In over 100 years of cinema, the city of Florence has been used by numerous directors as a movie set. This phenomenon is due to the beauty of its landscapes as well as the architectural perfection of its buildings. The streets, the piazzas and the palazzi of the city evoke an illustrious past and are able to give viewers unique “visual emotions”. Walking through the city center, one cannot help but recall some of the most beautiful cinematic moments in film history. Beginning with Piazza della Signoria, we remember David Niven in the film “The Statue”, Joseph cotton walking with Joan Fontana in “September Affair”. Alberto Sordi filmed here twice, as did Gassman in “Arcidiavolo”, with Claudine Auger and Mikey Rooney directed by Ettore Scola. We also remember Marcello Mastroianni in “Così come sei” and Anthony Hopkins in “Hannibal”.
Ponte Vecchio, the symbol of Florence, has been crossed by numerous stars including Alida Valli, Ornella Muti, Tony Musante, Nastassja Kinsky and Asia Argento. The Santa Maria Novella train station has witnessed—besides the unforgettable scenes of “Amici Miei”--Ornella Muti's sentimental travails in “Eutanasia di un amore”. Facing the city from the Piazzale Michelangelo, we find Franco Nero, Vanessa Redgrave and Ursula Andress. Sidney Pollack used Florence as a backdrop in his “Bobby Deerfield” with Al Pacino and Marthe Keller on via Tornabuoni. Dario Argento, in his 1996 film “La sindrome di Stendhal”, depicted a dark and sinister Florence very different from its stereotype, as did Brian de Palma in “Complesso di colpa” or the Taviani Brothers in “Il prato” and “Fiorile”.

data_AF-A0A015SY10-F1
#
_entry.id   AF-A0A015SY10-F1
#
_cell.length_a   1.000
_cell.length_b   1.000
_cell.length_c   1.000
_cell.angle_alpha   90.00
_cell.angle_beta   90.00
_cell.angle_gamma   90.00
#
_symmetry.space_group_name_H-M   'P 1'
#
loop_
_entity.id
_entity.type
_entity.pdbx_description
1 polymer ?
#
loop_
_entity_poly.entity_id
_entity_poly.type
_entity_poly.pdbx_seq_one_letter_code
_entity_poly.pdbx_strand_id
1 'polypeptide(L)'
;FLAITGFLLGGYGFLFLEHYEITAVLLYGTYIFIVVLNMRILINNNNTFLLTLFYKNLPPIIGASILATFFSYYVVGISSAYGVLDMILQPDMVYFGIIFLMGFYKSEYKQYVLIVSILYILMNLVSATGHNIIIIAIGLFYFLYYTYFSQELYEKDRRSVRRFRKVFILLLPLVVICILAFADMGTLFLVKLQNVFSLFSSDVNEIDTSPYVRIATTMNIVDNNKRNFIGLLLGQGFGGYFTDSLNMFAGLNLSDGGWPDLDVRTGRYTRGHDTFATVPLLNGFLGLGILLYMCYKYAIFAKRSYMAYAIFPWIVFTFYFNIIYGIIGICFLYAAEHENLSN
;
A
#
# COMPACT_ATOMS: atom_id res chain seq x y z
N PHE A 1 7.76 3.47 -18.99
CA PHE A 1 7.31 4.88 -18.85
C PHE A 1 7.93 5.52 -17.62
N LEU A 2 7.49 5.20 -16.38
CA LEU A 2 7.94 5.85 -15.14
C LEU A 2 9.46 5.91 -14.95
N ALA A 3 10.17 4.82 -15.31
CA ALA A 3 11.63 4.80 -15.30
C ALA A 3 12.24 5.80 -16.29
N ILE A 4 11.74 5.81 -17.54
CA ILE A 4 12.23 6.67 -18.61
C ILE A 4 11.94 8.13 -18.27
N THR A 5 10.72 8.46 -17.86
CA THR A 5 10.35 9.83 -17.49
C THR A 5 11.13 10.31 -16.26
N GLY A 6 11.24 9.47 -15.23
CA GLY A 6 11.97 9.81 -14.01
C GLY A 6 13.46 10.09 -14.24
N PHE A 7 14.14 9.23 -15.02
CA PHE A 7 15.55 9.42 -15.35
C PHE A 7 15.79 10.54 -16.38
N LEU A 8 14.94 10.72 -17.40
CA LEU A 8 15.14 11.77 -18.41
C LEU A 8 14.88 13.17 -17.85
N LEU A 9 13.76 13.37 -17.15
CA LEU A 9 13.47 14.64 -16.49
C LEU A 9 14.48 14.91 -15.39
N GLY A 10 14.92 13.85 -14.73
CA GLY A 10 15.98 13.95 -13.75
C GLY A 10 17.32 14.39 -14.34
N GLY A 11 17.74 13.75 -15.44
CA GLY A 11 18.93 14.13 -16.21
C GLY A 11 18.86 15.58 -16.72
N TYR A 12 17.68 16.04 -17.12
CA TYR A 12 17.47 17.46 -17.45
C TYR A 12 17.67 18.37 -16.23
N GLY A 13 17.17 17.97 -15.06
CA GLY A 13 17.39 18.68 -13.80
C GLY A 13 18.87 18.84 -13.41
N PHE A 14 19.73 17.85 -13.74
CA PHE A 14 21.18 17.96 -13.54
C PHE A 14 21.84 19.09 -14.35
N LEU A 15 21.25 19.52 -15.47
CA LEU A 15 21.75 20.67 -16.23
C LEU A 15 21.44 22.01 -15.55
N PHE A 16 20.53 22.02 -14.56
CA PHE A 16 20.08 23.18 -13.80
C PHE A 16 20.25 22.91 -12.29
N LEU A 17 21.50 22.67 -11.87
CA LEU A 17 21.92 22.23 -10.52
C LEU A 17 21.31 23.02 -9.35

The church of San Miniato was used by De Palma in “La donna che visse due volte”, where it became an obsessive image. And of course we remember James Ivory magnificent film “A Room with a View” filmed in a historic palazzo on via dei Bardi. The last great Florentine set was Ridley Scott's 2001 film, “Hannibal”. The genius killer played by Anthony Hopkins chooses perfumes in the Farmacia di Santa Maria Novella and lives in Palazzo Capponi (even if when Hannibal goes to the window we see Piazza Santissima Annunziata!). These are only a few of the cinema streets, but every corner of Florence could potentially be the set of a film.